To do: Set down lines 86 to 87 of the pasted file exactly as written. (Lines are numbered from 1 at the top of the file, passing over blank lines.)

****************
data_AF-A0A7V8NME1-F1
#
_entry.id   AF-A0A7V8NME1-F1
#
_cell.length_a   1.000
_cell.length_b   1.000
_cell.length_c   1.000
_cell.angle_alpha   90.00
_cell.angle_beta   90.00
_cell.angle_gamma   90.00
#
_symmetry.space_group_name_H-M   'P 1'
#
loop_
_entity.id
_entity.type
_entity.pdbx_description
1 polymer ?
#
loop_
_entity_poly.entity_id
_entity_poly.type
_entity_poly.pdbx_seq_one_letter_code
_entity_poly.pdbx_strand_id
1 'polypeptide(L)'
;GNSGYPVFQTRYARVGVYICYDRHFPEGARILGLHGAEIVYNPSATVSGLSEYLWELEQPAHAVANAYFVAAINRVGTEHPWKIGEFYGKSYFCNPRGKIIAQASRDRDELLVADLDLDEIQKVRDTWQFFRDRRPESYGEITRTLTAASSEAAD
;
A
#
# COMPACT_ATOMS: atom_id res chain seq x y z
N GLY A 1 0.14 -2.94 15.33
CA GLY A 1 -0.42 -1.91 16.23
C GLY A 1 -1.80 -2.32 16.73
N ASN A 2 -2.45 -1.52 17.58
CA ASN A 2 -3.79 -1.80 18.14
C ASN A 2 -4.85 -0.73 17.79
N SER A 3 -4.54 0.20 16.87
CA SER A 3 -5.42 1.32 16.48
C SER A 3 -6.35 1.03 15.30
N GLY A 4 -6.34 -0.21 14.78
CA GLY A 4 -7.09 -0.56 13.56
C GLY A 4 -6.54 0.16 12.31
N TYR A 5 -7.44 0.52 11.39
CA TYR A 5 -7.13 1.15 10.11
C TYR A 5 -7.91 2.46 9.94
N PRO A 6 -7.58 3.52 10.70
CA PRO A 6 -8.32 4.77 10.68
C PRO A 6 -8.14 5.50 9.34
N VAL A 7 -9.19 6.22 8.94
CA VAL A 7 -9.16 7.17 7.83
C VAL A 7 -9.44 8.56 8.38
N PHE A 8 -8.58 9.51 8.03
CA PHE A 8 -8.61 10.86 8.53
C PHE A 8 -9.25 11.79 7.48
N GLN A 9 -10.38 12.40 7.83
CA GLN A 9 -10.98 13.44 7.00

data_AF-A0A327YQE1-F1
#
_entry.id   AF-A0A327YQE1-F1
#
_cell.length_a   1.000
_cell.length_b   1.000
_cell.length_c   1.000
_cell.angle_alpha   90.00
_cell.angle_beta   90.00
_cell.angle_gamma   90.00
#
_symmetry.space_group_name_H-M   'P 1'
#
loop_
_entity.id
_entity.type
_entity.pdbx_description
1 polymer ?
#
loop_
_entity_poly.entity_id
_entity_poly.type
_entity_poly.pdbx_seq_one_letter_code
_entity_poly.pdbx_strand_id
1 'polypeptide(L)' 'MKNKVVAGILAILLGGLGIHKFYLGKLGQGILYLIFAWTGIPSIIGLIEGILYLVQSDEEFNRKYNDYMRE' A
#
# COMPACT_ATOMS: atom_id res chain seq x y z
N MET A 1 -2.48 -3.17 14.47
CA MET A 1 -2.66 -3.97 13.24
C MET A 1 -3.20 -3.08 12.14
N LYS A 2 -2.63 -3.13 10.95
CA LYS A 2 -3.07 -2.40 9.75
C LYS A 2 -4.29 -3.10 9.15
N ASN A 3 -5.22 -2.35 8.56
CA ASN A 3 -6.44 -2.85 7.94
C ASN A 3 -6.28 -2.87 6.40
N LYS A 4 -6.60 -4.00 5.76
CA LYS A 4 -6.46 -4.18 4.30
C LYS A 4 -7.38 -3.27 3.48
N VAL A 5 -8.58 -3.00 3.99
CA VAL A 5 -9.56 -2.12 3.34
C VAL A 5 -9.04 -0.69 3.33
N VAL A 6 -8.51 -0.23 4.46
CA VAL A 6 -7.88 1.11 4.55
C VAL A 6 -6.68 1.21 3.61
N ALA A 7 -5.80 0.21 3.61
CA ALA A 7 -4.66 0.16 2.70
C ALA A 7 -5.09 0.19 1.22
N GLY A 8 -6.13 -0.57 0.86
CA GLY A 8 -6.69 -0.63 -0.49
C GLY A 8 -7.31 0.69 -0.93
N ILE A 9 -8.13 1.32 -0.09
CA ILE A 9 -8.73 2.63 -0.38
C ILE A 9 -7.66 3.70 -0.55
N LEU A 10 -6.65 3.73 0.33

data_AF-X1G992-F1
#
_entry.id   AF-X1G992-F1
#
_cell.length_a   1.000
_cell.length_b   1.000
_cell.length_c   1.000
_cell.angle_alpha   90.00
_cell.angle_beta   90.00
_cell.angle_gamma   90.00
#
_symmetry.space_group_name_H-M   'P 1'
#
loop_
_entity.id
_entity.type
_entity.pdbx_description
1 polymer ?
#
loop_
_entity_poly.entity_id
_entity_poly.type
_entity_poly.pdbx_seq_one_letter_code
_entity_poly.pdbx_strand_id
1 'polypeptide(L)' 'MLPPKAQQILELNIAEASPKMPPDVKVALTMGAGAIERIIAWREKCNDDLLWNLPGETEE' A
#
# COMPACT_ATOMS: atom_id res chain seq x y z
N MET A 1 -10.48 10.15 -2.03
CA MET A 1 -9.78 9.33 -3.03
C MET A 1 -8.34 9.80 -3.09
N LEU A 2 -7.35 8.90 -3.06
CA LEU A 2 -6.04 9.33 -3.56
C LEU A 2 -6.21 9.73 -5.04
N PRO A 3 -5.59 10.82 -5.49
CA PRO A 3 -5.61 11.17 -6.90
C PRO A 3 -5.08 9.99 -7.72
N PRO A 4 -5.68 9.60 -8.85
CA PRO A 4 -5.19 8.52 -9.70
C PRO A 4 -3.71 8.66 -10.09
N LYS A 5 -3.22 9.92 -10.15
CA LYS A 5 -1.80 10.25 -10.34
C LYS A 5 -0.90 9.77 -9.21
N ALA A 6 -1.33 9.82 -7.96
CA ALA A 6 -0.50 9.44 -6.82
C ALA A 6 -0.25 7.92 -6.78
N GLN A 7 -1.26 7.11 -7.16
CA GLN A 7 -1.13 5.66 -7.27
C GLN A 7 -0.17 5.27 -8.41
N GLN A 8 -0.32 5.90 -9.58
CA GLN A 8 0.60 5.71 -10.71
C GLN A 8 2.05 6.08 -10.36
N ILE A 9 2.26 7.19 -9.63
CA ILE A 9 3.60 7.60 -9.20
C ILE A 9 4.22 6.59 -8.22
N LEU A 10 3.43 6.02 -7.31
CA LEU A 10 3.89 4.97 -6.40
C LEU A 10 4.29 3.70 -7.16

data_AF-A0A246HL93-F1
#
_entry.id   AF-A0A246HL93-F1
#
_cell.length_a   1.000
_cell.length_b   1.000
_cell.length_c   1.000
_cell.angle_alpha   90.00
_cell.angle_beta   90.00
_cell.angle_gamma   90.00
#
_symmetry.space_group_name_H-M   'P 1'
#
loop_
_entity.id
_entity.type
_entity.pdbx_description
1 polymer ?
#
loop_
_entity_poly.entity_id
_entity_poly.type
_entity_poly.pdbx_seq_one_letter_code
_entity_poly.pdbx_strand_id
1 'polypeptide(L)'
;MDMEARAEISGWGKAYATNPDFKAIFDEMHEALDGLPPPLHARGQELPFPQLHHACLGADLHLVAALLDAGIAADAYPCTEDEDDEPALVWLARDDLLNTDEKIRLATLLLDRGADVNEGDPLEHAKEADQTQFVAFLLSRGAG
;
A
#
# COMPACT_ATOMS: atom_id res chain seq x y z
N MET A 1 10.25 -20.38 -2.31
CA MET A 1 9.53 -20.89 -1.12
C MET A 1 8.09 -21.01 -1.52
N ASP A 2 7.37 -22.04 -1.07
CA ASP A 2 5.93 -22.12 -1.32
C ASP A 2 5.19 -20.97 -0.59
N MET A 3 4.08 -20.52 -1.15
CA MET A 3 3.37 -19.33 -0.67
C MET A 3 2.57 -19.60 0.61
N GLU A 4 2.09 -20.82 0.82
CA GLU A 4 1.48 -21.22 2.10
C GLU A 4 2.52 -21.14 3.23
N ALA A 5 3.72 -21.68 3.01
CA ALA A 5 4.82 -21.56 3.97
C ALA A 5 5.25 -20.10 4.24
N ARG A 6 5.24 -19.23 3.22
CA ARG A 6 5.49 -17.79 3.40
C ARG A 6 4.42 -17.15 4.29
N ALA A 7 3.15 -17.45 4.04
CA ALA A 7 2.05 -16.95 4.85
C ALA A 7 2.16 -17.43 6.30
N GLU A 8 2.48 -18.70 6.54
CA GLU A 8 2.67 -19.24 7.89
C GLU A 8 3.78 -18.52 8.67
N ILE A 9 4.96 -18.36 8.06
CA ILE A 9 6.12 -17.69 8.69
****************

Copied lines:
C MET A 1 -3.20 -3.08 12.14
N LYS A 2 -2.63 -3.13 10.95